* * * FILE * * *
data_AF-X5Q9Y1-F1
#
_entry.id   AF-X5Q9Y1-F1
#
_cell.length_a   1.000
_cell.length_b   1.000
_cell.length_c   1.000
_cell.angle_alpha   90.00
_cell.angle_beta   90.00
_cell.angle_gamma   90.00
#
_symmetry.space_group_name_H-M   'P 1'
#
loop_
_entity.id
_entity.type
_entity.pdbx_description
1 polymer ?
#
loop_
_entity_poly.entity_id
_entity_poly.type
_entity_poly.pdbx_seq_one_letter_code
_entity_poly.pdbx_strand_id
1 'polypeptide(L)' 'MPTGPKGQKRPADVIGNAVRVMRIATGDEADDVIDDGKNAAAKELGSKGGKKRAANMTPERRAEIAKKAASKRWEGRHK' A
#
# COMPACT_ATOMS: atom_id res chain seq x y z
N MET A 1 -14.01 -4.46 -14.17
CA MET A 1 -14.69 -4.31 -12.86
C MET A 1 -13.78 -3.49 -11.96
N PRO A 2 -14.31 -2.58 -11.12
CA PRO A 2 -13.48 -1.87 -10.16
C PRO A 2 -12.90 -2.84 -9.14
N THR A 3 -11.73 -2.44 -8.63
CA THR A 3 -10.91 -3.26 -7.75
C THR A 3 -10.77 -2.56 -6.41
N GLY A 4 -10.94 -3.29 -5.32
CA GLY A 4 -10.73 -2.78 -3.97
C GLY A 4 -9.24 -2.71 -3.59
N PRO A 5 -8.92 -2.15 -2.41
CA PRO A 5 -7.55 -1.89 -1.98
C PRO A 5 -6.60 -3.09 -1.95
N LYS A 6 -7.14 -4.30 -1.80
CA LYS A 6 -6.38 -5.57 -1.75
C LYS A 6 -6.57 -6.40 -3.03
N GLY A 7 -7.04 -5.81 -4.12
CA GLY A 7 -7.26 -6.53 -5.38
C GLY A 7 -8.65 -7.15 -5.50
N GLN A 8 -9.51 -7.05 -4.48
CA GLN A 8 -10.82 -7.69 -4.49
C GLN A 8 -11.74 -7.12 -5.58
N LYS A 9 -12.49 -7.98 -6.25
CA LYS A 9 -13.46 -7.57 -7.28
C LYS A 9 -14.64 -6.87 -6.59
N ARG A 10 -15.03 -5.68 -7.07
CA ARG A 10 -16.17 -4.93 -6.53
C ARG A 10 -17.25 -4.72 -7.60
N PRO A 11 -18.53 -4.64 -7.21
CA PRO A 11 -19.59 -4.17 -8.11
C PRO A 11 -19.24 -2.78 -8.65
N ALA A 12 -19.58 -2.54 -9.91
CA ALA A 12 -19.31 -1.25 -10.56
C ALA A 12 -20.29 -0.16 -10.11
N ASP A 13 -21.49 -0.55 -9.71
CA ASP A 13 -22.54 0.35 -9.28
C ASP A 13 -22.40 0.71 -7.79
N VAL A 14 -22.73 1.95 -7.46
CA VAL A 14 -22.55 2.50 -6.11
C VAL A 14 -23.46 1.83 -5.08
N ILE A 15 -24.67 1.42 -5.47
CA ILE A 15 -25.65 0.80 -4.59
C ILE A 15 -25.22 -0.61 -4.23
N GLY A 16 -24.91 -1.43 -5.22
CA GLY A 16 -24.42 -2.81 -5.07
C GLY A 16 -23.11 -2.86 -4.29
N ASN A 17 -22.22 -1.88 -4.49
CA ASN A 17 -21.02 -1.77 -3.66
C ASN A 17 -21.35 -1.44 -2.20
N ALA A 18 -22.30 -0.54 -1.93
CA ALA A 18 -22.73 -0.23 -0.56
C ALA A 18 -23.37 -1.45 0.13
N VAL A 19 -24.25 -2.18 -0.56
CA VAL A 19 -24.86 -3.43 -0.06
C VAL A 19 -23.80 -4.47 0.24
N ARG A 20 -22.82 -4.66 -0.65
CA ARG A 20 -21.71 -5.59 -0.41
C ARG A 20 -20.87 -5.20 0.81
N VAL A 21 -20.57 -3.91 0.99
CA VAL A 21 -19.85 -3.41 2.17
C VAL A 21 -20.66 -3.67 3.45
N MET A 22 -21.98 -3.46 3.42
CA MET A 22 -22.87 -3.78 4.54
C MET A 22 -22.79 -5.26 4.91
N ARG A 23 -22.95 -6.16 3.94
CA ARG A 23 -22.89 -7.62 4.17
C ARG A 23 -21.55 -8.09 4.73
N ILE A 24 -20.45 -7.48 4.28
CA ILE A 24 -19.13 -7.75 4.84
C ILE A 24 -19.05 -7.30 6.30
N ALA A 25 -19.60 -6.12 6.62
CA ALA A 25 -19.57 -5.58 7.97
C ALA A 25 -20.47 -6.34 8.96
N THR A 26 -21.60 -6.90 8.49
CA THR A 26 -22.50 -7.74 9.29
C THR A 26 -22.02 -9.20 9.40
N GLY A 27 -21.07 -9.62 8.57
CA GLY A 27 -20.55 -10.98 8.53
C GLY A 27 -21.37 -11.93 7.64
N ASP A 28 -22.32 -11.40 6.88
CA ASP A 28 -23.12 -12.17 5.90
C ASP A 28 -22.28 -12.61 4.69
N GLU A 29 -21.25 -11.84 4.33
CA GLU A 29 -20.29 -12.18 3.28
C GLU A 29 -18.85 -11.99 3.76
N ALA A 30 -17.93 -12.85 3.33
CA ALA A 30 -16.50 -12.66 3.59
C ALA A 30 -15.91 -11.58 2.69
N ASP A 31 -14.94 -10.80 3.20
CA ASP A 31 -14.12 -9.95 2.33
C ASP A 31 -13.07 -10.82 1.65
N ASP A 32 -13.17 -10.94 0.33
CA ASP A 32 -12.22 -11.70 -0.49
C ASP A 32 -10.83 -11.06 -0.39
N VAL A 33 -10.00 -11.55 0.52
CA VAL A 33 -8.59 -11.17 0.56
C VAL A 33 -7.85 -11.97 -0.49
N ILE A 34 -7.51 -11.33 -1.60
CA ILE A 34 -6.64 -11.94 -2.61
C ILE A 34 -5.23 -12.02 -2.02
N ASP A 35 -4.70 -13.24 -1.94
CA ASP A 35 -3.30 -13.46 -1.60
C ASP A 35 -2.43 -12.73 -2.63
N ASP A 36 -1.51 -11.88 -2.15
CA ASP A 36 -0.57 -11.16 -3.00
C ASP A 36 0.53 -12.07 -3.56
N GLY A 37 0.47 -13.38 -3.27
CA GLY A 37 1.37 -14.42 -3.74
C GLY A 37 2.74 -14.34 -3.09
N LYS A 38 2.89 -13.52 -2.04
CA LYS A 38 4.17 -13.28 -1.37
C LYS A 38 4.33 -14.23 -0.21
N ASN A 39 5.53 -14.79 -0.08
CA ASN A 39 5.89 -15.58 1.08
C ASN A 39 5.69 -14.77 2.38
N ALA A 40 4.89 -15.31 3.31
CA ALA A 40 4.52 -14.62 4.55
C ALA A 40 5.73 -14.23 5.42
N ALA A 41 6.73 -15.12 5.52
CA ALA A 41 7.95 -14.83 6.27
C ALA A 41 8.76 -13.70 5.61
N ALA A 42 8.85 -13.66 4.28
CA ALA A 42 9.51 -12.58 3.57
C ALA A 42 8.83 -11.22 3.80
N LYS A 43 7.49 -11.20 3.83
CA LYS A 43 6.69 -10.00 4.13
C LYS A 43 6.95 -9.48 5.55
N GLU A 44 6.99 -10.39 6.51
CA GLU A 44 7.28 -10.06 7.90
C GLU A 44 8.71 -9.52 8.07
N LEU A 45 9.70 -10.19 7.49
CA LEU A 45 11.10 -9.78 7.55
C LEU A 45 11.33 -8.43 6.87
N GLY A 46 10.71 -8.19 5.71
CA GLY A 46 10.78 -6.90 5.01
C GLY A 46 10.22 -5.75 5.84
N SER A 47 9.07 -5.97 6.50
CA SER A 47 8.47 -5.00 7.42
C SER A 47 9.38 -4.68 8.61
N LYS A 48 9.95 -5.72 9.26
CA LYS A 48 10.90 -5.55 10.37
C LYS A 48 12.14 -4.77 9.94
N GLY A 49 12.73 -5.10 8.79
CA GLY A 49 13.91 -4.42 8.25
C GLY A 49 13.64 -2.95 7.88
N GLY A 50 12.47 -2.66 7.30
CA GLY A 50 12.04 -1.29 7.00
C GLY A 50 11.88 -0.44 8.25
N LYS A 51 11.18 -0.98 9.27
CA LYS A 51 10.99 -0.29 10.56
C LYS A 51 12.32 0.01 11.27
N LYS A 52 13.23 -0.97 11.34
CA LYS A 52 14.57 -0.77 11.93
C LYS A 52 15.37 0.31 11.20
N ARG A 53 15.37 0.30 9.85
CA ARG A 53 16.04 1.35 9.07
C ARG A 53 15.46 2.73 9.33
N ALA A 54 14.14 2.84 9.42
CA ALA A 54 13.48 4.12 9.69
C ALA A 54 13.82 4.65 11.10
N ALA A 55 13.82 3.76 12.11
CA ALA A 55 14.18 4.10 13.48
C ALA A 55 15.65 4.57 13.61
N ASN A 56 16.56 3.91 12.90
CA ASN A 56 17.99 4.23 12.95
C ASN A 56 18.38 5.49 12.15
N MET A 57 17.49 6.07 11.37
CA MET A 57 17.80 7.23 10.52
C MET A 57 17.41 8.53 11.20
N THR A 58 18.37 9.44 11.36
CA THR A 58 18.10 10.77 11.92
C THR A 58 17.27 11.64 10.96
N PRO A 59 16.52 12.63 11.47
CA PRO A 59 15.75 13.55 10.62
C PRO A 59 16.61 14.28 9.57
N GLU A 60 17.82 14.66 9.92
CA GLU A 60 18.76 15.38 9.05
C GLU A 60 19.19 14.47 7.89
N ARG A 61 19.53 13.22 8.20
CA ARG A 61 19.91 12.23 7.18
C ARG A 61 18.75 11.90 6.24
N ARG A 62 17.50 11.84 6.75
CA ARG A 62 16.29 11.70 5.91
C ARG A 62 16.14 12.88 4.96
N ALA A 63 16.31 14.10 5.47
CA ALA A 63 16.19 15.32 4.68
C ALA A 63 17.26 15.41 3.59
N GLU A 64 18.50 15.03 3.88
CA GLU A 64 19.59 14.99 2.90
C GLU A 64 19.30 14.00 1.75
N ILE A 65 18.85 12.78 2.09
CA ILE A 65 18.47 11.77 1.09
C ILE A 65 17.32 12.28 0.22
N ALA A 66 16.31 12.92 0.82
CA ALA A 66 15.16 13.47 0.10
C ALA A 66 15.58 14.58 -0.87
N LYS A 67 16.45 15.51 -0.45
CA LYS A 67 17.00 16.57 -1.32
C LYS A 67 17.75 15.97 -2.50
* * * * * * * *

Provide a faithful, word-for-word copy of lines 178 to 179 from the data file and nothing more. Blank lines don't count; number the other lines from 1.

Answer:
N LYS A 51 11.18 -0.98 9.27
CA LYS A 51 10.99 -0.29 10.56